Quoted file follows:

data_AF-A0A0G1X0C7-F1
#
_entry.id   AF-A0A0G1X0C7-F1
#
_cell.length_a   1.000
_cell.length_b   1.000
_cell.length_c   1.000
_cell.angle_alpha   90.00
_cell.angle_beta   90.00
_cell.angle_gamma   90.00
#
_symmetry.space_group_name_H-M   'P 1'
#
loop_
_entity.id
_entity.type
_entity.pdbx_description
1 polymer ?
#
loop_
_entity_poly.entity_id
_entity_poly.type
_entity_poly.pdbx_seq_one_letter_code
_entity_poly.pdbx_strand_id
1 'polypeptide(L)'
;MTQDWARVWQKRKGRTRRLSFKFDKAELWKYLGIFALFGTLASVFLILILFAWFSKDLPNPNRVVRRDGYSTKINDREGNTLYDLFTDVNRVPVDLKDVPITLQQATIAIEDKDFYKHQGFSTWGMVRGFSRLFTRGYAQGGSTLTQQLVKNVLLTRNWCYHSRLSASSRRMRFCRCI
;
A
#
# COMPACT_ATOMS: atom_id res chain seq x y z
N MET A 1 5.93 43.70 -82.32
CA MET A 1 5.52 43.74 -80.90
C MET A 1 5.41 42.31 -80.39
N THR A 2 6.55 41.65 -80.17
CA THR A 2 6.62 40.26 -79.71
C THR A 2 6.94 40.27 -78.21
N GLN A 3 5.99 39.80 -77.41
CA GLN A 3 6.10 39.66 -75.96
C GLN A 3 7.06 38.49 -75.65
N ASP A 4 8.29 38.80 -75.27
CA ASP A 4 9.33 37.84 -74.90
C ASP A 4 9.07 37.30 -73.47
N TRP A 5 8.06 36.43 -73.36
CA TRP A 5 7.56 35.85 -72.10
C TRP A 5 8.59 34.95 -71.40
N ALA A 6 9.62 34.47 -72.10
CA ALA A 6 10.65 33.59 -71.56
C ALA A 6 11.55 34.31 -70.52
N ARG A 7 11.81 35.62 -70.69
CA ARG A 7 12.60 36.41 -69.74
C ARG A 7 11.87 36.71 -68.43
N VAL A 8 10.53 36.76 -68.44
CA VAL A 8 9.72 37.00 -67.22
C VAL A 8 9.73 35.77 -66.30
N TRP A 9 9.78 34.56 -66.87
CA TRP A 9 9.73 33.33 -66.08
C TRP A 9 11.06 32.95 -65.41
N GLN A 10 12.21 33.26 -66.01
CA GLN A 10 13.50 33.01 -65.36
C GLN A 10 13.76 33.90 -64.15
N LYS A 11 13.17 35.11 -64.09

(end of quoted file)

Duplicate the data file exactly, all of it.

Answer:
data_AF-A0A0G1X0C7-F1
#
_entry.id   AF-A0A0G1X0C7-F1
#
_cell.length_a   1.000
_cell.length_b   1.000
_cell.length_c   1.000
_cell.angle_alpha   90.00
_cell.angle_beta   90.00
_cell.angle_gamma   90.00
#
_symmetry.space_group_name_H-M   'P 1'
#
loop_
_entity.id
_entity.type
_entity.pdbx_description
1 polymer ?
#
loop_
_entity_poly.entity_id
_entity_poly.type
_entity_poly.pdbx_seq_one_letter_code
_entity_poly.pdbx_strand_id
1 'polypeptide(L)'
;MTQDWARVWQKRKGRTRRLSFKFDKAELWKYLGIFALFGTLASVFLILILFAWFSKDLPNPNRVVRRDGYSTKINDREGNTLYDLFTDVNRVPVDLKDVPITLQQATIAIEDKDFYKHQGFSTWGMVRGFSRLFTRGYAQGGSTLTQQLVKNVLLTRNWCYHSRLSASSRRMRFCRCI
;
A
#
# COMPACT_ATOMS: atom_id res chain seq x y z
N MET A 1 5.93 43.70 -82.32
CA MET A 1 5.52 43.74 -80.90
C MET A 1 5.41 42.31 -80.39
N THR A 2 6.55 41.65 -80.17
CA THR A 2 6.62 40.26 -79.71
C THR A 2 6.94 40.27 -78.21
N GLN A 3 5.99 39.80 -77.41
CA GLN A 3 6.10 39.66 -75.96
C GLN A 3 7.06 38.49 -75.65
N ASP A 4 8.29 38.80 -75.27
CA ASP A 4 9.33 37.84 -74.90
C ASP A 4 9.07 37.30 -73.47
N TRP A 5 8.06 36.43 -73.36
CA TRP A 5 7.56 35.85 -72.10
C TRP A 5 8.59 34.95 -71.40
N ALA A 6 9.62 34.47 -72.10
CA ALA A 6 10.65 33.59 -71.56
C ALA A 6 11.55 34.31 -70.52
N ARG A 7 11.81 35.62 -70.69
CA ARG A 7 12.60 36.41 -69.74
C ARG A 7 11.87 36.71 -68.43
N VAL A 8 10.53 36.76 -68.44
CA VAL A 8 9.72 37.00 -67.22
C VAL A 8 9.73 35.77 -66.30
N TRP A 9 9.78 34.56 -66.87
CA TRP A 9 9.73 33.33 -66.08
C TRP A 9 11.06 32.95 -65.41
N GLN A 10 12.21 33.26 -66.01
CA GLN A 10 13.50 33.01 -65.36
C GLN A 10 13.76 33.90 -64.15
N LYS A 11 13.17 35.11 -64.09